bones of magi right alongside them.Hermetic magi are driven by the same

    lusts for knowledge, treasure, and power asordinary men, though they differ in how theyseek it and how they make use of it. Where

    The Journeys ofEdward the White

    Throughout The Mythic Seas, youll comeacross excerpts from The Journeys ofEdward the White. These describe howEdward the White, follower of Jerbiton,set forth in search of the lost relics offabled Atlantis. In these excerpts Edwardrecounts his travels, telling of all he learnsof sailing and ships, the natural and magi-cal dangers he encounters, the ships andsailors he meets, the ports where he rests,the covenants he visits, and the amazingsights he sees during his quest.

  • most seafaring men pull food from the water,or travel upon it, seafaring magi dredge up allmanner of fantastic riches and relics. Someeven make their homes upon and some-times under the waves. In some unusualcases men and magi work side-by-side to findand recover what each considers valuable, orto journey to places mystic or mundane. Itseasy to see what both gain. What mariner hasnot wished for a way to quiet a raging storm,or to find fresh water while lying becalmedand adrift? And by the same token, whatmagus who has traveled on the water has notneeded a strong, sure crew to pull the oars ortrim the sails, or to plot a safe course to a spoton a map that only a magus could read?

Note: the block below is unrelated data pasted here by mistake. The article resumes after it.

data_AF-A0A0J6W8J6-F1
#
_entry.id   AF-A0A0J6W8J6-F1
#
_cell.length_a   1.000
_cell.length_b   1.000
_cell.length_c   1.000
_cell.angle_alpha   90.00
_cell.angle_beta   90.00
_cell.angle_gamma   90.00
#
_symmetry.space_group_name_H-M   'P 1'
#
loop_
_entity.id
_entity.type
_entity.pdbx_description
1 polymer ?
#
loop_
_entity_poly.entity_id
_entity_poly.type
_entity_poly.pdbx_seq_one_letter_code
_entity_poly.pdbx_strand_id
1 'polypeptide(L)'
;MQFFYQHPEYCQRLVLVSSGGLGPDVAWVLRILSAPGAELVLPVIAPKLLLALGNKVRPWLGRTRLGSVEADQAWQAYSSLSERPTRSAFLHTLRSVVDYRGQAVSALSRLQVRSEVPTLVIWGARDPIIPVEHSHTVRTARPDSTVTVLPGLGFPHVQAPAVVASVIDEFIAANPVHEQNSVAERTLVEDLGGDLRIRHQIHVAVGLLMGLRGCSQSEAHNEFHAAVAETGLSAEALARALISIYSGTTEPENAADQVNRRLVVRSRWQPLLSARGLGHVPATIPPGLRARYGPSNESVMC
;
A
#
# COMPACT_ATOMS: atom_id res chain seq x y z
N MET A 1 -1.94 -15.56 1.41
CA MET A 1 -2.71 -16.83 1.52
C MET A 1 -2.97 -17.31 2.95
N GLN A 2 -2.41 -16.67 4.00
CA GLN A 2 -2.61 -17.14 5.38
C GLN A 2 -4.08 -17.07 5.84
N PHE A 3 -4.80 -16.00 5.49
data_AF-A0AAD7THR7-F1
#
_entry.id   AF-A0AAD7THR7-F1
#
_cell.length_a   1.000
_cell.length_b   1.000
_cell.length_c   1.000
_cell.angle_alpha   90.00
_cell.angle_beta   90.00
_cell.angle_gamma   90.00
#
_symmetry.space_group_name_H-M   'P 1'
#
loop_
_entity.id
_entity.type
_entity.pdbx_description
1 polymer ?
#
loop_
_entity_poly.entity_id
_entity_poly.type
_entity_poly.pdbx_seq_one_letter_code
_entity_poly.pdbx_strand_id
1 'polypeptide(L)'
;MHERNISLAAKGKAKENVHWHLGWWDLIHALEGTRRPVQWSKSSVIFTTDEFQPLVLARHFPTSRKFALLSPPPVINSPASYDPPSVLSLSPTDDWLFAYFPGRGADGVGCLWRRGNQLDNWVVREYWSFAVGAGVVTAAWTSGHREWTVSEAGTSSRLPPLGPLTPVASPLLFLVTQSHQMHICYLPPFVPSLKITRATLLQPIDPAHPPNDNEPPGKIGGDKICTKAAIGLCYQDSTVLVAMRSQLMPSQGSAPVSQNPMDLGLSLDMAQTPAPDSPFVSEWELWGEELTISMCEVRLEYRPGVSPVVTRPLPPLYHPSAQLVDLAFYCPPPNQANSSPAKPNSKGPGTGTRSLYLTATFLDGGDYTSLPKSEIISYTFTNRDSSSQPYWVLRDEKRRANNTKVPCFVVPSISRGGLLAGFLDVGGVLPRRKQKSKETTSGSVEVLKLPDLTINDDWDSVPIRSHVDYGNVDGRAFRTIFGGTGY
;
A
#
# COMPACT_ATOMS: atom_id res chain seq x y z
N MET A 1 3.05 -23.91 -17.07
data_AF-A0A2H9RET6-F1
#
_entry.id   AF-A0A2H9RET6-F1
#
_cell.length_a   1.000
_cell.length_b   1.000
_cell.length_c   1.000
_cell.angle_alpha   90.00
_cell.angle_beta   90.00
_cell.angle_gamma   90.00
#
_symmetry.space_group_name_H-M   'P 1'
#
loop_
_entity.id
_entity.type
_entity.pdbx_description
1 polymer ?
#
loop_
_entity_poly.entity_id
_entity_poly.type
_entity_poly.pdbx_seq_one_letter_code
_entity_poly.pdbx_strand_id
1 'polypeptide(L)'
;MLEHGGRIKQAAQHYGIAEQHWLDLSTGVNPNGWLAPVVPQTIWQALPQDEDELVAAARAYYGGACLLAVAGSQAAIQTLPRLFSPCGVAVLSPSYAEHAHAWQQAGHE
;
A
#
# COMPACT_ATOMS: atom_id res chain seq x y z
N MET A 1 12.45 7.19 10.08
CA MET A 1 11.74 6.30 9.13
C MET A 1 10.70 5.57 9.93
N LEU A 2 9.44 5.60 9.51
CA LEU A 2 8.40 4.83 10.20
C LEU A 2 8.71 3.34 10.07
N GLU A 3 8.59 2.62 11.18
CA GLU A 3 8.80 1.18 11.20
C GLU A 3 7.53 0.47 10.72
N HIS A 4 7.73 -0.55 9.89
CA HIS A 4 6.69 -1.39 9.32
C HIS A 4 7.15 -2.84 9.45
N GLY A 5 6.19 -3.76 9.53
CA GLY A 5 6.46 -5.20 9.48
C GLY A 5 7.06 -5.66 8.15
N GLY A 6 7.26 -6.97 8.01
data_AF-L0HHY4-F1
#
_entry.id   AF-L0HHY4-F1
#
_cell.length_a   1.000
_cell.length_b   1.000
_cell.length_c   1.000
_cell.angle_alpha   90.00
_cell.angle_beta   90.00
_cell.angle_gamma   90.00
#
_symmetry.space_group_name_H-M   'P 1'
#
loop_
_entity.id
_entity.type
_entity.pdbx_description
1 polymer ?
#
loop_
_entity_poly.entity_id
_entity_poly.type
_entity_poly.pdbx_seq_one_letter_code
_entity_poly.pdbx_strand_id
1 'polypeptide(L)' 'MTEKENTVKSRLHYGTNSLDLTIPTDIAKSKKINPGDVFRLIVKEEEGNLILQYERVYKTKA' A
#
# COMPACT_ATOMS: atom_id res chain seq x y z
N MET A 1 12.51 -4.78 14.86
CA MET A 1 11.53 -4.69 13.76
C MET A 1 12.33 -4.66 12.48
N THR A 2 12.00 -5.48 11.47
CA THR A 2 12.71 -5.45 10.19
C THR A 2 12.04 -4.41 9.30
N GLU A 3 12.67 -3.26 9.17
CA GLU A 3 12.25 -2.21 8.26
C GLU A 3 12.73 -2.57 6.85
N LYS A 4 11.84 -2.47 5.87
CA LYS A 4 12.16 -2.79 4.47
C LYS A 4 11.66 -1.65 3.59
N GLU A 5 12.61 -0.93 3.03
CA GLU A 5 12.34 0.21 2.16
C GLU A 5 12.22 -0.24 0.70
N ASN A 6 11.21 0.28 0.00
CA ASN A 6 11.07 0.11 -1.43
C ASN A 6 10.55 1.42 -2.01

Here then is what every storyguide needsto know to tell tales of adventure on themythic seas. Of course, any storyguide maychoose to underplay sea-voyages in the inter-ests of brevity, but doing so overlooks hun-dreds of opportunities. The purpose of thisbook is to suggest a few of those and spark the

    storyguides imagination to create more, sothat fewer journeys by sea are described inonly a single sentence.

    The Journeys ofEdward theWhite

    I am Edward, called the White, filiusJames of Lincoln, follower of Jerbiton, and Icount myself an explorer of mythic places.What follows is my journal, recording thesearch I have undertaken in the forty-thirdyear of my life in the Order of Hermes.Should my search fail and I not return, per-haps what I have learned will serve to teach

    INTRODUCTION

    5

  • others what is needed to complete my quest.My tale begins with the arrival of Willem

    the Redcap, who brought with him a strangemessage from one Pandectus of Lions Gate, afollower of Tremere dwelling alone in awealthy covenant in the ruins of ancientMycenae, in the Tribunal of Thebes.Pandectus knew of my reputation as a seekerafter lost artifacts and made me an uniqueoffer. He had, he said, located a volume trans-lated from the ancient Greek, purporting tobe a detailed guide for mariners on the loca-tion of sunken Atlantis! Of course I was mostinterested, but I was already planning toundertake for the Stonehenge Tribunal thethorough mapping of Faerie upon the back ofthe famed Horse of Uffington. Clearly thesetwo would conflict, but after some meditationmy choice became clear; the chance to findand explore the legendary Atlantis was fartoo enticing to put off. I sent word toPandectus, agreeing to pursue this goal. Then

    I proceeded to gather about me all the infor-mation I would need, largely on the historyand methods of sea travel. Bu